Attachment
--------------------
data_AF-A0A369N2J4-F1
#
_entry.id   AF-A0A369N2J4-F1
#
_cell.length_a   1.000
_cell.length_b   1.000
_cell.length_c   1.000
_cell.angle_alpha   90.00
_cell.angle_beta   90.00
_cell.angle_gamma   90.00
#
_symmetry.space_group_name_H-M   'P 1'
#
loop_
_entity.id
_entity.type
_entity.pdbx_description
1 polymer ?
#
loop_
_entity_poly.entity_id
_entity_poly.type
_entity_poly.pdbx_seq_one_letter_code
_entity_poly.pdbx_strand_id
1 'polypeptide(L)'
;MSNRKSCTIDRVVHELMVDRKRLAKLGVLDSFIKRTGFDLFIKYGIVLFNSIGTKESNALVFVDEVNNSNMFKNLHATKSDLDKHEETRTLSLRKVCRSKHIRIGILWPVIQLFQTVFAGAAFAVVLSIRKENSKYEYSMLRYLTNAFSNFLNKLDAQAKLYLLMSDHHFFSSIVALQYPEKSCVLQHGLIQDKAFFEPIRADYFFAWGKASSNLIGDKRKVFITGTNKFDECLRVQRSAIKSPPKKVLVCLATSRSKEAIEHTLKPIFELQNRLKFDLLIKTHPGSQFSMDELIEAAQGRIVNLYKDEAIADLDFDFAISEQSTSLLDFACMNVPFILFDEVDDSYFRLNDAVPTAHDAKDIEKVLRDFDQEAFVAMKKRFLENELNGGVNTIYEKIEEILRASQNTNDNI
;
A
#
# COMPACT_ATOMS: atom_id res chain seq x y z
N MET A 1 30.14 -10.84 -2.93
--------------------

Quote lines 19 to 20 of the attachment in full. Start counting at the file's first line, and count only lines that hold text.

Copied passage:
#
loop_